… “Very interesting thoughts and study. Does this mean, in any way, that leaders and managers have to deeply examine employees’ childhood experiences, family patterns and history for effective development programs and building effective performance!”-Mouaz
Is your boss a bully who needs to feel important and boosts his ego by withholding important information from you? Or maybe you work with someone who is so fearful of argument or criticism that problems go unsolved because she won’t discuss them. And then there’s that guy down the hall who’s constantly annoying everybody with his dumb practical jokes and loud banter. As the recession sends stress levels into the stratosphere, does your colleagues’ weird behavior seem to be getting worse?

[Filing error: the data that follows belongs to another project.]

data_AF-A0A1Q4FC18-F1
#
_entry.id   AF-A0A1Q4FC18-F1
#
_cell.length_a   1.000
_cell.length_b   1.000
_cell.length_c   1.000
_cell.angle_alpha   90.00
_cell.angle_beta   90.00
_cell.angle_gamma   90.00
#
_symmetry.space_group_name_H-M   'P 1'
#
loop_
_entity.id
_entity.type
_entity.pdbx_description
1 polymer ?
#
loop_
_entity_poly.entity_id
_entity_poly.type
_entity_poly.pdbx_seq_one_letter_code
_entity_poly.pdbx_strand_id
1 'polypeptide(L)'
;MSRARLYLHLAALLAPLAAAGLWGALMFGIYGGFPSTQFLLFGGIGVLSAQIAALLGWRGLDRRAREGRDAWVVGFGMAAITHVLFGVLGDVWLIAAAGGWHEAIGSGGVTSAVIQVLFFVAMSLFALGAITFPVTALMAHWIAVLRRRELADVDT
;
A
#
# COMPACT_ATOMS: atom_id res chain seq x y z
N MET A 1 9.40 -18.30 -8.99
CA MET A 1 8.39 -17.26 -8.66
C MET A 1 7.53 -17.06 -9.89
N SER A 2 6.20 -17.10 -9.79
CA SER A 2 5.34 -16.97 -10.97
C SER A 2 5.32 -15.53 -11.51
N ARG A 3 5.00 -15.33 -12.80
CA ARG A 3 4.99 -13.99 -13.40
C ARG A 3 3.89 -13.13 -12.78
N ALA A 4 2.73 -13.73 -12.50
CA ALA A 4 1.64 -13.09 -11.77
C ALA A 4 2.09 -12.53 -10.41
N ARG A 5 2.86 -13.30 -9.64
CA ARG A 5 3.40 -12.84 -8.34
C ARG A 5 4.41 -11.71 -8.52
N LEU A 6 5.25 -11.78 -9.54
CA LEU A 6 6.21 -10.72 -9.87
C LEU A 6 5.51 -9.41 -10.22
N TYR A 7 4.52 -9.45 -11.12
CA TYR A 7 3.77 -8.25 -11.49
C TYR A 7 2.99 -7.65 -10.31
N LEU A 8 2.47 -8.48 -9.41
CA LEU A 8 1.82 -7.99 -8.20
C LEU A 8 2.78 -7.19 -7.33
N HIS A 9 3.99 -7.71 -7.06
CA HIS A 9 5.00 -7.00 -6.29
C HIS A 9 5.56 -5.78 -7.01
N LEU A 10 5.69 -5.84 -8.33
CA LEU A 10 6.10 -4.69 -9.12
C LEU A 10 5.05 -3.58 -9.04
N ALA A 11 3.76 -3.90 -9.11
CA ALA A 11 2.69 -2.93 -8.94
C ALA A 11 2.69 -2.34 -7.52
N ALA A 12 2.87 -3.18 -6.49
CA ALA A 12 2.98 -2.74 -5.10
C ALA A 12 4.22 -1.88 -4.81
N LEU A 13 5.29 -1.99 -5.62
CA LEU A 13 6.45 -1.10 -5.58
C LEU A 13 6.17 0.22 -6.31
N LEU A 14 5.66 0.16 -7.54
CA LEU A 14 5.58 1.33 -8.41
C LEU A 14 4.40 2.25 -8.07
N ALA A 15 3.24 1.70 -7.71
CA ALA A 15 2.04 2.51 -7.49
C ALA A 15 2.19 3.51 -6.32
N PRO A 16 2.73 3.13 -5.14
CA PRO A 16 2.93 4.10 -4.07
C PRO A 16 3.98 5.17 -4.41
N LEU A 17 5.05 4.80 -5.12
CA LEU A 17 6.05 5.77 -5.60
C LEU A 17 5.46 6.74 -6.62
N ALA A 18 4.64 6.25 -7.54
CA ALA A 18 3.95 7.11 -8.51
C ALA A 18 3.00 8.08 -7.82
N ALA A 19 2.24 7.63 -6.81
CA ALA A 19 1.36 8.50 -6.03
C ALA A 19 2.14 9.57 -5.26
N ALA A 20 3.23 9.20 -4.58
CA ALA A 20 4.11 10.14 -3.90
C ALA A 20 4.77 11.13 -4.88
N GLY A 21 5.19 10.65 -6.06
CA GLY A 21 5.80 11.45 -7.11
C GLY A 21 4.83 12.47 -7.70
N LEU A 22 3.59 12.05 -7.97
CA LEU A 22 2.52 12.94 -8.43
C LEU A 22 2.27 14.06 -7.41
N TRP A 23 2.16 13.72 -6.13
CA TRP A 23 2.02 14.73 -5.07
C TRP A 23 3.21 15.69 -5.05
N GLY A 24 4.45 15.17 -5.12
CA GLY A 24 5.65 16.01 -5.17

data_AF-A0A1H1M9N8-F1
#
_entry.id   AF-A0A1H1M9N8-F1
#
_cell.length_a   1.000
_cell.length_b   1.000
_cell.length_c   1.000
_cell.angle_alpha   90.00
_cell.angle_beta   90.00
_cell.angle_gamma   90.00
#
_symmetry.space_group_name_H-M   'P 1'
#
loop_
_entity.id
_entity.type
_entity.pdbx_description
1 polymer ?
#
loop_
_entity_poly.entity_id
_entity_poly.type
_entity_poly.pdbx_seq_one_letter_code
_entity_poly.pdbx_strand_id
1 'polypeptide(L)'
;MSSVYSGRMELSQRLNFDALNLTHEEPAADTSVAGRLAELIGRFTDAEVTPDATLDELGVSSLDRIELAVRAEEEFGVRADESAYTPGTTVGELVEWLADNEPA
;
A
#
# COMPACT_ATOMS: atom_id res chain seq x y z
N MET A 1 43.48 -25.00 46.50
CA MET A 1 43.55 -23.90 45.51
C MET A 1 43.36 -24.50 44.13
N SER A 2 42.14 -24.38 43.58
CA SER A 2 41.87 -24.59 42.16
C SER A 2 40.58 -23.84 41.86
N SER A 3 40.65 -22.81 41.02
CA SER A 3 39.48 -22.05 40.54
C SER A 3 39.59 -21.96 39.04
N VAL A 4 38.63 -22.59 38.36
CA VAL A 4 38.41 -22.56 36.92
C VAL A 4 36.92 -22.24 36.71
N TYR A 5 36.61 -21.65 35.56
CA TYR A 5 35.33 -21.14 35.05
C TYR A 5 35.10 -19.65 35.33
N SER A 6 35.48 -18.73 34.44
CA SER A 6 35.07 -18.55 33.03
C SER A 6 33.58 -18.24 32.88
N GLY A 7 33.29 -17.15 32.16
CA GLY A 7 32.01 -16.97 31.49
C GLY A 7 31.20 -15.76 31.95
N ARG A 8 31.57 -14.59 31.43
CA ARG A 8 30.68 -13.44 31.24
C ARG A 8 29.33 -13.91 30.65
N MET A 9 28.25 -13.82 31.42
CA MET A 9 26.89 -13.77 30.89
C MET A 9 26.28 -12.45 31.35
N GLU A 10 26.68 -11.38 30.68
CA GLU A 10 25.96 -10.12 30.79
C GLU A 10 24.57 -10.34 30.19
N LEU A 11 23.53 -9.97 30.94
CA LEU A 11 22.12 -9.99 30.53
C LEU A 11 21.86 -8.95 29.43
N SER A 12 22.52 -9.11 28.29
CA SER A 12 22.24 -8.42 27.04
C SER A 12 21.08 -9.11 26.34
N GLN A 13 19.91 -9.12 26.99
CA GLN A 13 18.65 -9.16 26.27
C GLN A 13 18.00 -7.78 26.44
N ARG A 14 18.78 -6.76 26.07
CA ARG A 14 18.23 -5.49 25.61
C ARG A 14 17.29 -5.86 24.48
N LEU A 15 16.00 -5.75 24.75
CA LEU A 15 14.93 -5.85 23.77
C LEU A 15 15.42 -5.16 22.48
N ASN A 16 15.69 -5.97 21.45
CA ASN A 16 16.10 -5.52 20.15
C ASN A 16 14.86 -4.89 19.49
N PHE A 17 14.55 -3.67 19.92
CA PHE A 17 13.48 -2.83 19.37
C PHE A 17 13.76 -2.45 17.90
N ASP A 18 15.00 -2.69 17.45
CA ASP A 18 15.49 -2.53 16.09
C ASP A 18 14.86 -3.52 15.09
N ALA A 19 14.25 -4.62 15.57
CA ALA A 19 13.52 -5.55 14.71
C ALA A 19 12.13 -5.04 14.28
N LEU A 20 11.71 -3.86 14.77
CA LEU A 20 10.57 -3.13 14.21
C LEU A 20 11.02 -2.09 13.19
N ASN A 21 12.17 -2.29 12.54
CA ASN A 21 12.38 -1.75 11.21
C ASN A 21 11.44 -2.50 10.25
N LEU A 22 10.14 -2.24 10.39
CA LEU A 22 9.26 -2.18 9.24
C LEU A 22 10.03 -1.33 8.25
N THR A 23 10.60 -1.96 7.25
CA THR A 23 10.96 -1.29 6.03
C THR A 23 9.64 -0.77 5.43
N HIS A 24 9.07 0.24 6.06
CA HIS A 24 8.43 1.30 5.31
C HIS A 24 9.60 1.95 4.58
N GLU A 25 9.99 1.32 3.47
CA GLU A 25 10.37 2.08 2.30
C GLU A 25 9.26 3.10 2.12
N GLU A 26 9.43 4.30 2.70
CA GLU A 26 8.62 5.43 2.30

If so, you’re not imagining it, according to Sylvia Lafair, a Ph.D. in clinical psychology whose book Don’t Bring It to Work: Breaking the Family Patterns that Limit Success (Jossey-Bass) was released in March. Lafair’s research shows that, much as we like to believe that our behavior is entirely rational and governed by our conscious mind, our thoughts and actions are often driven by the roles we learned in our families as children. And under pressure, we tend to revert to old patterns. That fellow standing at the watercooler telling tasteless jokes at the top of his lungs, for instance, probably comes from a family saddened by some painful event (a serious chronic illness, an early death), where his job as a child was to try to cheer everyone else up. The teammate who will do almost anything to avoid confrontation or criticism most likely grew up hearing way too much of both.